If Jesus overcame temptation by quoting Scripture, why does the same thing not work so well for us?

Or maybe I should only presume to speak for myself: Why hasn’t the same thing always worked for me?

Remembering truth from Scripture helps us to overcome temptation, but from my experience, I’m not sure it’s the whole solution. While the powerful forces at work in our souls require Scripture, they may also require other factors to be in place before we can overcome as Jesus did. I’d like to explore one such factor.

When we see Jesus quoting Scripture in the face of temptation, it’s easy to miss another element in the story: what happens to Jesus just before the temptation. He hears God’s voice, saying, “This is my beloved Son, with whom I am well pleased” (Matt. 3:17). Scripture did its work for Jesus when Satan tempted him, but the context of the passage tells us that Jesus went into those temptations grounded in the love of the Father.

What if we went into times of temptation fully assured of God’s love? What if, like Jesus, we were firmly rooted in our identity as children of God?

To overcome temptation, in addition to Scripture, we need what the apostle Paul describes in Romans 8:16: “The Spirit himself bears witness with our spirit that we are children of God.” When we cultivate our relationship with the Spirit of God who lives inside us, we get more firmly rooted in the reality that we are God’s beloved children. And then we have a better shot at loving our Father more than the sin that entices us.

In the letter to the Ephesians, just before we get to the chapters that tell the believers how to live, we find a prayer that they will be strengthened by the Holy Spirit in their inner being, that they will be rooted and grounded in love, and that they will know the love of Christ that surpasses knowledge. Those last few verses of chapter 3 prepare believers for the commands to live the Christian life in chapters 4 to 6. The Christian life works best – and perhaps only – when it’s lived as a response to God’s love.

As Jesus overcame temptation, so can we. But part of how he overcame was by being grounded in God’s love. Let’s pray to hear the Spirit telling us we are God’s beloved children, so that we, too, are rooted and established in the love of God.

I’ve offered something that I think can help in overcoming temptation, but much more could be said. Feel free to share more that can reinforce our stand in the face of temptation.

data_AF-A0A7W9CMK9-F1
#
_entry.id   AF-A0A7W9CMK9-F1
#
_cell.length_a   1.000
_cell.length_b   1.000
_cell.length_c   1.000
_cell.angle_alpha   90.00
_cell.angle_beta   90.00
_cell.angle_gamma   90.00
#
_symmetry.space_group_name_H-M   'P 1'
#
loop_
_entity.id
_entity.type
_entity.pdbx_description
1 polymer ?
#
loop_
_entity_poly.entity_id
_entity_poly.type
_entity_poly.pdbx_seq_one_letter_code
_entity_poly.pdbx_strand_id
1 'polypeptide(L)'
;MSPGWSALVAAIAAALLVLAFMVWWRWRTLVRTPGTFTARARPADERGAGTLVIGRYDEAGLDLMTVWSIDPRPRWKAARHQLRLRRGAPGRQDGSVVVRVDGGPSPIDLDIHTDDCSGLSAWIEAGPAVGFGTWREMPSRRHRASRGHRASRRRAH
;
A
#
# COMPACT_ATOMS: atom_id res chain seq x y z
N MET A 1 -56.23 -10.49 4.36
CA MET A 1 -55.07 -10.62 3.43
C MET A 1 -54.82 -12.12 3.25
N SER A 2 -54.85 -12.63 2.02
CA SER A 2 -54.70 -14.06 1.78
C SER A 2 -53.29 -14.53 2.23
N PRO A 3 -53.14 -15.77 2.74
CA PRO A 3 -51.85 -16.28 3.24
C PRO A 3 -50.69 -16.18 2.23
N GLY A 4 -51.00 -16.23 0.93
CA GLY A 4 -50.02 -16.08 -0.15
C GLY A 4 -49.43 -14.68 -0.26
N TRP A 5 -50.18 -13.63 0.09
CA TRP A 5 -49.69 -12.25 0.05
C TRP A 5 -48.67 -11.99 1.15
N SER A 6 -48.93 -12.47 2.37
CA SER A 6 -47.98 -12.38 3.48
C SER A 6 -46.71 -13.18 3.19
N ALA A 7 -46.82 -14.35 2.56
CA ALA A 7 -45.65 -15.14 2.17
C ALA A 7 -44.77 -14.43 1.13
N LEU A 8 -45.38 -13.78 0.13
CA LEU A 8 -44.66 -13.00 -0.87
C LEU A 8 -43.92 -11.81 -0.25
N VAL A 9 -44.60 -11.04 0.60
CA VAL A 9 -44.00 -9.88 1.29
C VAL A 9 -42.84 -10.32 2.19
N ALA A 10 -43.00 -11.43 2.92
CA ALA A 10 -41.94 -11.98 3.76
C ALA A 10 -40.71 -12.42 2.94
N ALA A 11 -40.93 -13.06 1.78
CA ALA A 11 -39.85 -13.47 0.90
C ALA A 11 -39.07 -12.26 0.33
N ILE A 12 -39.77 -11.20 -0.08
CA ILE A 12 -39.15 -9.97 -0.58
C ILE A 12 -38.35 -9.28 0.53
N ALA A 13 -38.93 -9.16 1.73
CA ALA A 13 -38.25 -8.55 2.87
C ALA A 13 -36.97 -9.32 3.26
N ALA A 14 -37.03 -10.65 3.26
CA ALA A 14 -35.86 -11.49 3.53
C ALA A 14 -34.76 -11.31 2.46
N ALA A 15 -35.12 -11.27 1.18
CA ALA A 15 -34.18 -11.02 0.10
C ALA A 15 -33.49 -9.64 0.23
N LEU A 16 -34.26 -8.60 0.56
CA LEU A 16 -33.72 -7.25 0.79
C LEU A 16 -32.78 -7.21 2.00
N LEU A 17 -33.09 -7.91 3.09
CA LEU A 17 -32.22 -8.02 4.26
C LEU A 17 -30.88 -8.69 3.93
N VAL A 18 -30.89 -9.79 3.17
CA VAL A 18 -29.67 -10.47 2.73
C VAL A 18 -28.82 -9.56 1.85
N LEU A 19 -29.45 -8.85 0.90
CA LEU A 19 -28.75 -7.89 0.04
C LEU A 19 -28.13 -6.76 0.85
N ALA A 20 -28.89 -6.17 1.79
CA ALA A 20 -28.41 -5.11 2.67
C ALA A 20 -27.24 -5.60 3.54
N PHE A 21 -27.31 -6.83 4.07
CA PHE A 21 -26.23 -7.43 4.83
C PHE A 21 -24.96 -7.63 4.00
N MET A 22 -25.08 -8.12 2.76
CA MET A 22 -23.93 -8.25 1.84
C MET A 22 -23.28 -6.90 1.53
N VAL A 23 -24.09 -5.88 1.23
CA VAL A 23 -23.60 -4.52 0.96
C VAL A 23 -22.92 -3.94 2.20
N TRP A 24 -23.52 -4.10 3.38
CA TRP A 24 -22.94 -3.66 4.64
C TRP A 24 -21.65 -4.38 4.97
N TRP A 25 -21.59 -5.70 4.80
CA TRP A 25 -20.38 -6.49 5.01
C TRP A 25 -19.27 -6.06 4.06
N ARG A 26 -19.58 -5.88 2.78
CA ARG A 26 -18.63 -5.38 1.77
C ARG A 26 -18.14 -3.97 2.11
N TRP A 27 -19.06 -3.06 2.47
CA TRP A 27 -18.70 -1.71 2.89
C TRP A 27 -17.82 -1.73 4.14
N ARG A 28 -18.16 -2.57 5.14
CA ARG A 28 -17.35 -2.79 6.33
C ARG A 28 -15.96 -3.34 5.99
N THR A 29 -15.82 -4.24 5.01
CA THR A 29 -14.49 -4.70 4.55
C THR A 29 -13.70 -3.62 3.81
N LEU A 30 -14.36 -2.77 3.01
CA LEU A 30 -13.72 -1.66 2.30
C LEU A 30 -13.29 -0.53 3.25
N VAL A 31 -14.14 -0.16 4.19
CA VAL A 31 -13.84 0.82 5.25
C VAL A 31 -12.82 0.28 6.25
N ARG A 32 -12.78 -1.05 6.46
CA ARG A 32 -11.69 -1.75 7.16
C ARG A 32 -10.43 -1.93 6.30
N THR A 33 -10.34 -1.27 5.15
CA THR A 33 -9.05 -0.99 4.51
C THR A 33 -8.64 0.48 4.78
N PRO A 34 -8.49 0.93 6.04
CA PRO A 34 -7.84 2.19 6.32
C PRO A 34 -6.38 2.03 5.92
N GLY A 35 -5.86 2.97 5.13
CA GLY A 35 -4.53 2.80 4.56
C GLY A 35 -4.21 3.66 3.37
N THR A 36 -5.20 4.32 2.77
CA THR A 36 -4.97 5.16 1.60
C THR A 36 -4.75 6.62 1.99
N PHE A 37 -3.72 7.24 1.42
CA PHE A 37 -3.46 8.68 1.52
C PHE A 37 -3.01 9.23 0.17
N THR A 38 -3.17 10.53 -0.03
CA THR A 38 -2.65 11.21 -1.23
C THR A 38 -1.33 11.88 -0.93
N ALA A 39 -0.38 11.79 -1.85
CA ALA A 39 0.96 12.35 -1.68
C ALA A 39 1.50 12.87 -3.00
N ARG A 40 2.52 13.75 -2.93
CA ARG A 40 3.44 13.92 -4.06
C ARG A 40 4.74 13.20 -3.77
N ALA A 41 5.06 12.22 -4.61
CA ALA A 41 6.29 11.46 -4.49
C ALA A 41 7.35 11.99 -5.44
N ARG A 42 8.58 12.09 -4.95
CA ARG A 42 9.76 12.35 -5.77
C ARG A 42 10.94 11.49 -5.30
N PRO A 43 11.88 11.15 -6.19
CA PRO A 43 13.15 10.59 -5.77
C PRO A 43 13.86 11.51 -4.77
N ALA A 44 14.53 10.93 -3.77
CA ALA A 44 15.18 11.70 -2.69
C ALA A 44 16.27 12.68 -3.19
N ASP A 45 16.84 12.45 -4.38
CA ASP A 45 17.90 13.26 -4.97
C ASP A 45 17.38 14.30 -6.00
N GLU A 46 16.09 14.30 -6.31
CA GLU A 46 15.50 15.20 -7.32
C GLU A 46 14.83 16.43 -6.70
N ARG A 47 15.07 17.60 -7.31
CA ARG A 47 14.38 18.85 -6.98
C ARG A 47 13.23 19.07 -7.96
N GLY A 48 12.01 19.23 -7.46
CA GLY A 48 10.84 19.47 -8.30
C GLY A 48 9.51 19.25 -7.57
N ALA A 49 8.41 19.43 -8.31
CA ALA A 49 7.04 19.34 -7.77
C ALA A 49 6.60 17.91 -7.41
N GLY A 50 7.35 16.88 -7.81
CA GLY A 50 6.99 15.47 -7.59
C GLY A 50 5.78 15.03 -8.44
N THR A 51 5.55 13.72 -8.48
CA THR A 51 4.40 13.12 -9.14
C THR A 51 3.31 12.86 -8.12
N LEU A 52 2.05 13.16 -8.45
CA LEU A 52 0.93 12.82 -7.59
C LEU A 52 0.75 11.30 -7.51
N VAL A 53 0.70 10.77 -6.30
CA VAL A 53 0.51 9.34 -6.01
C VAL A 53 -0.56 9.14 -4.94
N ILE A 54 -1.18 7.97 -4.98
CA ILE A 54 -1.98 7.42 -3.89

Who is responsible for temptations and trials?

A pastor friend and former student asked me a question: Do trials and temptations come from God or from Satan? And does the word in Greek (peirasmos, peirazō, in Arabic ELTAGROBA) say if it’s God or the devil? Here is a reply, but feel free to add to the discussion.

The first part of the question isn’t easy to answer, because the New Testament describes God, Satan, and the human heart – all three – as involved, but it doesn’t say that God actually tempts us to sin. Here is a quick survey of ways the New Testament uses the Greek word (peirasmos, peirazō) behind the English word “temptation”: Matthew 4:1 is difficult, because the Holy Spirit leads Jesus to a place to be tempted by the devil. This shows God’s involvement, though he does not actually tempt. In Luke 4:13, temptation comes from the devil. Hebrews 11:17 is an interesting case, because it implies that God tests Abraham’s faith. But it’s not temptation to sin; rather, a test of his faith comes from God. That may be the clearest time that this word is used with God as the implied subject. In 1 Cor 10:13, God does not allow us to be tempted beyond what we can bear. So he is involved, making sure that the temptation is not more than we can handle. 2 Peter 2:9 teaches that God is the one who rescues us from these trials. Revelation 3:10 teaches that God is able to keep us from a time of testing (the same idea is behind Jesus’ encouragement to ask that God not lead us into temptation). But honestly, I’m not sure why the Lord’s prayer asks God not to lead us into testing (Matt 6:13). Frequently it’s the human heart that is the problem, such as 1 Tim 6:9 says with respect to wealth. James 1:2 states that Christians face trials; it doesn’t say where they come from. James 1:13 clarifies that God tempts no-one toward evil, but that our own desires bring temptations (1:14). 1 Peter 1:6-7 and James 1:2-4 teach that very good fruit can come from these trials, which suggests that God is involved, but not that God tempts us toward evil. 1 Peter 4:12 says we shouldn’t be surprised by tests, and the next verse suggests they come because of our relationship and union with Jesus Christ.

To conclude, I would say God never tempts us to sin, but he is involved in our being put into places where we will be tempted and tested by our own hearts and by the evil one. He gives us a way to avoid sin. And when we overcome, this strengthens our faith, which is God’s desire. So, in a way, God does use Satan’s ability to tempt us, though he does not tempt us himself.